Activities

  • Strengthening Community-Based Disaster Risk Management (CBDRM) and integrating CBDRM into governments’ development planning processes;
  • Capacity building of authorities in preparing and replicating preparedness and contingency plans, search and rescue, incl. provision of required assets;
  • Support to coordination and data sharing systems, including developing and promoting Early Warning Systems (EWS);
  • Provision and pre-positioning of contingency stocks;
  • Strengthening the national and regional-level disaster risk management policy framework.

Impact Statement and Indicators of Achievement

People are enabled to become more resilient to natural hazards by strengthening disaster preparedness for effective response at all levels of society.

  • Number of people covered by disaster risk management plans/activities and early warning systems;
  • Number of people reached through awareness activities that can demonstrate understanding of current/likely future hazards and corresponding preparedness measures.

Core Area 1.3. Emergency

Rationale

Conflict, insecurity and natural disasters affect millions of people every year, destroy livelihoods and reverse hard-won development gains. Emergencies can quickly overwhelm the existing capacities of governments and communities and often require immediate external assistance that can effectively and rapidly meet the multiple needs of affected populations. Indeed, there is a widening gap, between the needs of people affected by crises for humanitarian assistance and protection, and the ability of governments and international humanitarian actors to meet those needs. In the immediate aftermath of a disaster, ACTED's emergency response and relief activities offer context-specific solutions and aim to save lives, ensure public safety and meet the basic needs such as shelter, water and food of the people affected in close coordination with the relevant clusters/sectors.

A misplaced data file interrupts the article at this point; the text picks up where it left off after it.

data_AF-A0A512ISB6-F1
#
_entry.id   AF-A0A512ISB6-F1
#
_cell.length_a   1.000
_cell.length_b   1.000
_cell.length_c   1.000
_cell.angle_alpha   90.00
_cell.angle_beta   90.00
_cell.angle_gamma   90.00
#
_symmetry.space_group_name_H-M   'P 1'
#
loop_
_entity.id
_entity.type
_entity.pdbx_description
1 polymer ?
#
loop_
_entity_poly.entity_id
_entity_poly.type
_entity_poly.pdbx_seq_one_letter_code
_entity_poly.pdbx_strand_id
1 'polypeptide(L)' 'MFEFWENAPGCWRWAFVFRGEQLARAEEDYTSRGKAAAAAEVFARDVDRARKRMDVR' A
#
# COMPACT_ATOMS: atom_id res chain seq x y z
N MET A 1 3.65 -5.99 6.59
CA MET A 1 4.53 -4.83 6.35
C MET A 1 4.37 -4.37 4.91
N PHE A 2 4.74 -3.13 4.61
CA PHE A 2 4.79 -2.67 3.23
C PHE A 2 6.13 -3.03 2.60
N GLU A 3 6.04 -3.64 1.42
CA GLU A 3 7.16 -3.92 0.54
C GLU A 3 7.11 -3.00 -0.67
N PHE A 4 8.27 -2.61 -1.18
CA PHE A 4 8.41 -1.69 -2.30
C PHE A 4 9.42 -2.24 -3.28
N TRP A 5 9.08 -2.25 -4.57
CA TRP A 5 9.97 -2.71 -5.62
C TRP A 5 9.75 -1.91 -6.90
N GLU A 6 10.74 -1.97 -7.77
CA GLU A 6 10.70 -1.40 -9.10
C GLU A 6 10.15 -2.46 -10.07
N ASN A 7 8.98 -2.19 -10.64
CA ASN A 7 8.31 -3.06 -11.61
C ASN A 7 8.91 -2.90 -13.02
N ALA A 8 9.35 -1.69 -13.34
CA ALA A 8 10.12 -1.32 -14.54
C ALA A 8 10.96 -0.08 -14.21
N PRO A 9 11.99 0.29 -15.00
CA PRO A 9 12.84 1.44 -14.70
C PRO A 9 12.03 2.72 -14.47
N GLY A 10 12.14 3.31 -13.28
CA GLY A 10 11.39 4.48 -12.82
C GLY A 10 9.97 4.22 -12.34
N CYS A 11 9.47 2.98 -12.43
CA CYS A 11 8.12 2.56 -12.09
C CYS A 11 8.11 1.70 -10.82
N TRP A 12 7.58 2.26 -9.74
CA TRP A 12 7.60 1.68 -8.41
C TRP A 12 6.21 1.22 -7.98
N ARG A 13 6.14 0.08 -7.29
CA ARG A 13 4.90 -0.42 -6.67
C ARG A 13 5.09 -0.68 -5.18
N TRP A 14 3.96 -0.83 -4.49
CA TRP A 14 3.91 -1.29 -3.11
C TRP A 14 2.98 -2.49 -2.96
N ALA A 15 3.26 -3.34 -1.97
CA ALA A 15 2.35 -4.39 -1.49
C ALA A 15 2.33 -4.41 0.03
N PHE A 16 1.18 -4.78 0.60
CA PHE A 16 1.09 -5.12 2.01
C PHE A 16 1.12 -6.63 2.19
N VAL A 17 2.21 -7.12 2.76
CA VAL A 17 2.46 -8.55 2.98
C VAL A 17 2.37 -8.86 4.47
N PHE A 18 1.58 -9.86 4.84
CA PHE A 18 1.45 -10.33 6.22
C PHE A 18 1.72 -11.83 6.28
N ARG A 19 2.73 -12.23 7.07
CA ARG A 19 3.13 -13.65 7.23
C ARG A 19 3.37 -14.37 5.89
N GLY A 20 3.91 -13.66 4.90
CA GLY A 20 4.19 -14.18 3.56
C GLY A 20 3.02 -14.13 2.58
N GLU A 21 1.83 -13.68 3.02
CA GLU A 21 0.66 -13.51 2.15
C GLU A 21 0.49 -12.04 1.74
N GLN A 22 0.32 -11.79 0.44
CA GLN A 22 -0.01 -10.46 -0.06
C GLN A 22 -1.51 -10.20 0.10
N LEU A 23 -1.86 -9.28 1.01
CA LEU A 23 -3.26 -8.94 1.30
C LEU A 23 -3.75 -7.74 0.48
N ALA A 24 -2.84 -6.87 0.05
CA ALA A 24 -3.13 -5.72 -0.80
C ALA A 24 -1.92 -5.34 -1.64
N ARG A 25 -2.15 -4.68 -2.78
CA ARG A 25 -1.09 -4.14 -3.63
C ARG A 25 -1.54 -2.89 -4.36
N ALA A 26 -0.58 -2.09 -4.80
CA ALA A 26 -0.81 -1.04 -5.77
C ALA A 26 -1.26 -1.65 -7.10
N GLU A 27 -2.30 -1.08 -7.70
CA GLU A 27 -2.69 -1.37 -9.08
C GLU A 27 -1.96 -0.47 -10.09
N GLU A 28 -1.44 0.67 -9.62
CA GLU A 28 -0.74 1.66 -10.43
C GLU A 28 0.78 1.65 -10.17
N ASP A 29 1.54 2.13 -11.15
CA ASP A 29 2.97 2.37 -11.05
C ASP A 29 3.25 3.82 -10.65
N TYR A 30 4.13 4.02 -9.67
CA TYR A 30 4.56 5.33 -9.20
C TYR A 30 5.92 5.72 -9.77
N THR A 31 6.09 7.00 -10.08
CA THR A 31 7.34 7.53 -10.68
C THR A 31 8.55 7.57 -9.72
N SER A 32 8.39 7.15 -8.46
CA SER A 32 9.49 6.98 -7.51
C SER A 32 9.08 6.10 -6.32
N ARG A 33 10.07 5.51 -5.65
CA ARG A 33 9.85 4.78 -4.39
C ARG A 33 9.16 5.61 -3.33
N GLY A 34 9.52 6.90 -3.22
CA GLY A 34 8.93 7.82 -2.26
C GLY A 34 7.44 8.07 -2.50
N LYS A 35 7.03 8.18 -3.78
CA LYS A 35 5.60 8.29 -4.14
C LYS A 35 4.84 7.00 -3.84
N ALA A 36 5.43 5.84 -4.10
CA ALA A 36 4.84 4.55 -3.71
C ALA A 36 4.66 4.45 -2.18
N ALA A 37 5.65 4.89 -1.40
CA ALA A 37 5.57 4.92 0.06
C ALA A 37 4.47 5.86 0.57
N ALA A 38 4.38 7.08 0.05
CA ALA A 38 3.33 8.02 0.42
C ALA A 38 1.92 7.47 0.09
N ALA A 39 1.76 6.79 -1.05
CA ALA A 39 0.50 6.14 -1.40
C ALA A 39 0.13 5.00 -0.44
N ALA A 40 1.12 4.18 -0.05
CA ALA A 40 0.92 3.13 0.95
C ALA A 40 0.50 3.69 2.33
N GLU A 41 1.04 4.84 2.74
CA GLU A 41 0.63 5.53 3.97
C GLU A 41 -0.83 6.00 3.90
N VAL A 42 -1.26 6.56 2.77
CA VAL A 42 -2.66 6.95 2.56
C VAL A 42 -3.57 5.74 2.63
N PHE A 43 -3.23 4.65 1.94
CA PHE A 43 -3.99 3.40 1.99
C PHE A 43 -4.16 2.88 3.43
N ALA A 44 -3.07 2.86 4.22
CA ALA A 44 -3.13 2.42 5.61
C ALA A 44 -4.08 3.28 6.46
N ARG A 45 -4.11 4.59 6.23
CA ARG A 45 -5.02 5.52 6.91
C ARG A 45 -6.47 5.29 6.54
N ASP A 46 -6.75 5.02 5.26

Activities

  • Food and nutrition assistance;
  • Provision of shelter;
  • Distribution of Non Food Relief Items (NFRIs);
  • Provision of safe drinking water and hygiene facilities and promotion of good hygiene practices;
  • Protection activities, for example child and women friendly spaces;
  • Refugee and IDP camp management;
  • Emergency logistics;
  • Support to public institutions and service providers that provide life-line services like water, health and education;
  • Support to information management systems for better targeting and planning of relief assistance in collaboration with REACH.

Impact Statement and Indicators of Achievement